By Sally Saville Hodge
We’ve stopped investing in ourselves and the resulting deterioration has become inescapable.
Driving on the expressway from Chicago’s South Side to the north during a heavy snowstorm, traffic was at a standstill. There was plenty of opportunity to survey the landscape. And what you see when you pay attention is not pretty.
The metal supporting the overpasses, beginning at the Jane Byrne Interchange to Hubbard’s Cave, are heavily corroded. Many are further discolored from the weeping of metal railings that are suffering the effects of time and wear. The concrete pillars holding up the structures go from bad to worse. Surfaces are marred by a heavy tracery of cracks. With others, huge gouges are exclamation points to the effect of our neglect.
That’s one sign of how lack of investment is impacting our physical infrastructure. Then there’s a different kind infrastructure that’s falling apart, as well. One that supports our society.
Our children, our future, are being gamed and left behind by a system that puts more emphasis on test scores than on the learning the scores are supposed to reflect. In some schools, children not being allowed to fail. It’s okay to read them the answers to the tests. And when they can’t cut it in the classroom beyond testing periods, failing grades are changed. Bonuses, after all, depend on hitting unilateral targets. And those targets may be unattainable for populations that have been neglected for so long that they have lost the will and interest in learning anyway, along with any respect for the teachers who would inspire them.
But that’s okay, because no one else respects teachers either. Why else would we constantly be asking them to give back on salary, benefits and pensions, while loading on more work, requiring more hours, weekdays and weekends, and expressing more expectations of miracle-working without giving them the resources it takes to bring miracles about? Even Jesus started with 12 loaves of bread and two fish to feed the multitudes.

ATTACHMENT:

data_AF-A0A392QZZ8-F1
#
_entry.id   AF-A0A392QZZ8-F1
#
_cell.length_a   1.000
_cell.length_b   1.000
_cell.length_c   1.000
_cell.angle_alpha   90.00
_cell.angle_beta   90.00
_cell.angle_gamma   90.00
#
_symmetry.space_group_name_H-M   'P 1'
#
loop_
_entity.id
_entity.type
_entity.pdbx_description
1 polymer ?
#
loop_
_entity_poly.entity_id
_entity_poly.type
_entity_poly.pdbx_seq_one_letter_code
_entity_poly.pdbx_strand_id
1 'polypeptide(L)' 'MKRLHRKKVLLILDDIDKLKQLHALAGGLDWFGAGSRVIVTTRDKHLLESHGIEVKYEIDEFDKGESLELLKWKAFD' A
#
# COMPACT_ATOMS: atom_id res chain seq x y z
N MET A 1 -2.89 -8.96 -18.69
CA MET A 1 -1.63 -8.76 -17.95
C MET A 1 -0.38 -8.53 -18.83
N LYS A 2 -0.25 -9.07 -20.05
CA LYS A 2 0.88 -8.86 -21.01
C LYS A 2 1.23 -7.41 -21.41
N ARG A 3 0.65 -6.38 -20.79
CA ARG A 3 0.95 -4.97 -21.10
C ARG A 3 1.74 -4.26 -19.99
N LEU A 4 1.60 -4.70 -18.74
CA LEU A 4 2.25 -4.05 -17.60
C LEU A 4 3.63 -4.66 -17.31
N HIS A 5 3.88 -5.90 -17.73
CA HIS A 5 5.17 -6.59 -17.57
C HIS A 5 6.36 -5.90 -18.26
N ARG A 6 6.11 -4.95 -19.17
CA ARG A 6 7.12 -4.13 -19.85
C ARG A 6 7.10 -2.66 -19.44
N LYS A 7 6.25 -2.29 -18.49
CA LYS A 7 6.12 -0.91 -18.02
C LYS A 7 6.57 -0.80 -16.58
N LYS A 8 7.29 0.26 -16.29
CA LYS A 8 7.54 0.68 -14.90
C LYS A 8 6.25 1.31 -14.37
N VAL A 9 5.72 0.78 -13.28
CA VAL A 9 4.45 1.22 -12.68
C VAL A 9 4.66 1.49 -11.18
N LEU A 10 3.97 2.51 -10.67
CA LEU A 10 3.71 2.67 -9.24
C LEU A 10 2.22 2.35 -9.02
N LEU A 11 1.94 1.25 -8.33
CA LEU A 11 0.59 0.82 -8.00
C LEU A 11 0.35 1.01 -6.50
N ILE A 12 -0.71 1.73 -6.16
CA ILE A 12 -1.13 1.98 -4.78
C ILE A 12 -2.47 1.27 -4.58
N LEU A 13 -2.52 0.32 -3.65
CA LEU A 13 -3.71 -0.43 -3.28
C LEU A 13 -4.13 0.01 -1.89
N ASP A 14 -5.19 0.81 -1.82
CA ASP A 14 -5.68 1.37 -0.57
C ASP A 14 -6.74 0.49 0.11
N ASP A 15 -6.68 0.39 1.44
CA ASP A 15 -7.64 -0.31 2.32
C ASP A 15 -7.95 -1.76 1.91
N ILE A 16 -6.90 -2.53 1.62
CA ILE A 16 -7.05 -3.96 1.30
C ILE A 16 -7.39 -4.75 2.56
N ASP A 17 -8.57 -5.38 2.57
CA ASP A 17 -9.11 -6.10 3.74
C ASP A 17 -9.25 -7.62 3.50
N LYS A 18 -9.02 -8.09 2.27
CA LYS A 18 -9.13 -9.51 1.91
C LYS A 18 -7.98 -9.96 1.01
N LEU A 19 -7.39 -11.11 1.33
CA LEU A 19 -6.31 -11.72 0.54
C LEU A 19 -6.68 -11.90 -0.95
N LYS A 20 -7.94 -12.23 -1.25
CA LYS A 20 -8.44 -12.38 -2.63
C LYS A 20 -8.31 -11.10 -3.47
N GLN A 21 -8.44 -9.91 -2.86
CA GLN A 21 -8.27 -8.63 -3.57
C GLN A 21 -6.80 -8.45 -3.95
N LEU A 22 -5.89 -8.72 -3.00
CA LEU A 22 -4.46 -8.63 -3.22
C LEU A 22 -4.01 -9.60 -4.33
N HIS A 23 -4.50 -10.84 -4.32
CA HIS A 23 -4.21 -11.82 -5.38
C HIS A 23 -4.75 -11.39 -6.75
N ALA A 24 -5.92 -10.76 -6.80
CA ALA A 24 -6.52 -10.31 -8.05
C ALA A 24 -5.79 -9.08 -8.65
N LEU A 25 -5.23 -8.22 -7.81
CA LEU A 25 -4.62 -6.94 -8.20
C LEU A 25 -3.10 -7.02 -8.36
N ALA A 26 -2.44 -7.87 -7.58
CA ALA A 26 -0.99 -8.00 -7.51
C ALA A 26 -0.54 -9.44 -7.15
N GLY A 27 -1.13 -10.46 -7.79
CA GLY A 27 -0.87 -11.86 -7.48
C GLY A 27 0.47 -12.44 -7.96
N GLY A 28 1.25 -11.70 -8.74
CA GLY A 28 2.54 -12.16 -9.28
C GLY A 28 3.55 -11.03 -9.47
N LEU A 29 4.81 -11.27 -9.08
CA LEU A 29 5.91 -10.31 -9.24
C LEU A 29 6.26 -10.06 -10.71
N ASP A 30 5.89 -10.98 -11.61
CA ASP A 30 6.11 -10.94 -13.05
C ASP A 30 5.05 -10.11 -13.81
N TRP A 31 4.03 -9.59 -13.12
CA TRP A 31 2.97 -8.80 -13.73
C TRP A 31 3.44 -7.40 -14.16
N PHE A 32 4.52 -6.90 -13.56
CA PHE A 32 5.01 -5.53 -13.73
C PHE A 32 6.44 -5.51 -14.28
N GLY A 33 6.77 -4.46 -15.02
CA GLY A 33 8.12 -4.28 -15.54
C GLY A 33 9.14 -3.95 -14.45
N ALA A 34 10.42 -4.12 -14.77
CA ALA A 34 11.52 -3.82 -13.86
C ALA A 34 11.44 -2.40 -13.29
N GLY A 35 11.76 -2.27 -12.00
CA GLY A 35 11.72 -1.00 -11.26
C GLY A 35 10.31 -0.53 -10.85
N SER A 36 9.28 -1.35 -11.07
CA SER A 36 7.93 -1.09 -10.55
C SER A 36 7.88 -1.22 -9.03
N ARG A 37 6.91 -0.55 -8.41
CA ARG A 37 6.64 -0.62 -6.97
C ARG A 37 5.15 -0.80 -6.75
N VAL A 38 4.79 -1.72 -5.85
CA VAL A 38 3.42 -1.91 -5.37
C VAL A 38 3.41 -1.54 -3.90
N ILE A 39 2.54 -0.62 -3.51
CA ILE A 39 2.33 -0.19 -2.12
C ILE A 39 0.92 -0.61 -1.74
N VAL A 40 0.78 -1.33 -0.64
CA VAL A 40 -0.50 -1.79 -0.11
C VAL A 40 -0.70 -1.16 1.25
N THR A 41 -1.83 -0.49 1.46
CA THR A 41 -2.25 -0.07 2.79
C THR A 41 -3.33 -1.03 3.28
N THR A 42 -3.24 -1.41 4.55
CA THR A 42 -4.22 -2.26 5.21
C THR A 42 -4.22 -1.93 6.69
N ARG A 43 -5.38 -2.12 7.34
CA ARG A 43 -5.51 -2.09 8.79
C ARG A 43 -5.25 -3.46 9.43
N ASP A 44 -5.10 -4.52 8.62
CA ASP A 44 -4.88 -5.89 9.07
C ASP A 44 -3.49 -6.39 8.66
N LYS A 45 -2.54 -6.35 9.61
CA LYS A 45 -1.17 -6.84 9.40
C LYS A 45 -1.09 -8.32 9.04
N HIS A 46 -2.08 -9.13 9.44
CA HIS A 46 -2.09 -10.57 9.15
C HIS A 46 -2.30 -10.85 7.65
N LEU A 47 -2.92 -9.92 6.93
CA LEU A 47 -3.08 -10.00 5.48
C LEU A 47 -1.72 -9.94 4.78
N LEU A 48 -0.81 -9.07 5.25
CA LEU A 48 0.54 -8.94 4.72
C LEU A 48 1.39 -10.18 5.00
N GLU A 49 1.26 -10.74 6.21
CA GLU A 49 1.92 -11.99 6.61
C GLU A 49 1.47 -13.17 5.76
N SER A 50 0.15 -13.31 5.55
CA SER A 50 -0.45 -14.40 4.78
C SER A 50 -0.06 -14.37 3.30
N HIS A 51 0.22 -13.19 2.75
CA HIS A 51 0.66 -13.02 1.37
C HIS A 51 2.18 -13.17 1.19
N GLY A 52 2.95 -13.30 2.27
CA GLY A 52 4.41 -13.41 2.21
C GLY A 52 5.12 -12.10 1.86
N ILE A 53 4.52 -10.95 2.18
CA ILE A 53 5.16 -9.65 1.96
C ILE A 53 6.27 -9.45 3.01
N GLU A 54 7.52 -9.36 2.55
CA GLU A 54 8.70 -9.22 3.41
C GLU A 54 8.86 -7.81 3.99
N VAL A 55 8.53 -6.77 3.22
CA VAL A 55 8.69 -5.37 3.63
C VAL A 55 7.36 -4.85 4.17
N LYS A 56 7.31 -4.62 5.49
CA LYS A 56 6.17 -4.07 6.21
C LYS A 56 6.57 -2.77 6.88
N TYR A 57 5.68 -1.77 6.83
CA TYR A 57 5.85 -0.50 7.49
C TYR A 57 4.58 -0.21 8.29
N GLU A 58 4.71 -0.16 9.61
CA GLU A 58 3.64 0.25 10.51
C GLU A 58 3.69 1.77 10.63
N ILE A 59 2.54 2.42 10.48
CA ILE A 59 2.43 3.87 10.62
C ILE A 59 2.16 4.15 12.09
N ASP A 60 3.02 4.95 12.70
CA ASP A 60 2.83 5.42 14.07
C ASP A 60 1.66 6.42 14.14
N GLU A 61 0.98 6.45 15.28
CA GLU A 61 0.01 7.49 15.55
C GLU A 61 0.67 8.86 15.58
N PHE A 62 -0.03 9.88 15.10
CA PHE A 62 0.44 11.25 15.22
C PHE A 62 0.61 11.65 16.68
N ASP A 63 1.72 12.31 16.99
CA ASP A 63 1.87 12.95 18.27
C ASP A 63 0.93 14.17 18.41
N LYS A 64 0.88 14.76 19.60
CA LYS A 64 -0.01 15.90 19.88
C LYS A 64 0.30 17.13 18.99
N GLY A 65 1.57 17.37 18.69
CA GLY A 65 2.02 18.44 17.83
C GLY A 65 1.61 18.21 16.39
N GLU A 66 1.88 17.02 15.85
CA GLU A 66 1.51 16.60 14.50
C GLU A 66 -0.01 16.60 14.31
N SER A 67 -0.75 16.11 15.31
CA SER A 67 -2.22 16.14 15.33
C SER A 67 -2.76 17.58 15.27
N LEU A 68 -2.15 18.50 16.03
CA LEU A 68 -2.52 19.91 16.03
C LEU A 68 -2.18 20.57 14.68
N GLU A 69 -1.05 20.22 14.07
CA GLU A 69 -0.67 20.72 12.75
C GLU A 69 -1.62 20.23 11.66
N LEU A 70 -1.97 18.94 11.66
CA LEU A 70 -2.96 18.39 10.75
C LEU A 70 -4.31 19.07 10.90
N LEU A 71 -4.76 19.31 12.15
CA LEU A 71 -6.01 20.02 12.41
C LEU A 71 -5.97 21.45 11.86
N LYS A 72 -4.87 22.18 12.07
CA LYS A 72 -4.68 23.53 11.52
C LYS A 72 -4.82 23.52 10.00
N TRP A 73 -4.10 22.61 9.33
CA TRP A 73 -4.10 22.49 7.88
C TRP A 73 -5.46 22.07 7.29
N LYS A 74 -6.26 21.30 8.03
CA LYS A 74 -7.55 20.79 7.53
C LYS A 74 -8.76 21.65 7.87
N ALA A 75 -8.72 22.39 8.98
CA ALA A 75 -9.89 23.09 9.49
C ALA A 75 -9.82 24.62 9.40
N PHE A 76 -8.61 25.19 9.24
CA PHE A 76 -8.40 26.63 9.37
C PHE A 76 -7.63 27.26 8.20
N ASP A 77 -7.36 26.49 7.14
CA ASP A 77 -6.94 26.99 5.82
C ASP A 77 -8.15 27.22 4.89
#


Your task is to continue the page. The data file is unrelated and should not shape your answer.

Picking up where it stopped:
The fact is that we’ve stopped investing in ourselves, and so we’re selling ourselves off, a little bit at a time, to delay the inevitable. We’ve sold off a tollway and our parking meters, not to mention public land – the latest for a tribute to a popular movie series and a university’s charter school. The latter is a sweet deal, land worth $755,000 that was sold for $1, and will not only not generate taxes, but will essentially rob those revenues from schools that are already starving.
The thing of it all is that Chicago is just a microcosm of a system that is deteriorating all around us. Just look at Flint and the price it’s paying for water poisoned by expedience. Consider the number of homes still standing empty throughout the country, twice abandoned – first by owners drowning in debt and then by the banks who encouraged them in the water and happily let them sink. Then, too, there’s our environment, which we’re killing with chemicals and carelessness. And above all, look at how the vested interests have gotten that way – through a system that quite literally has given us the very best leaders that money can buy.
How did we become so broken?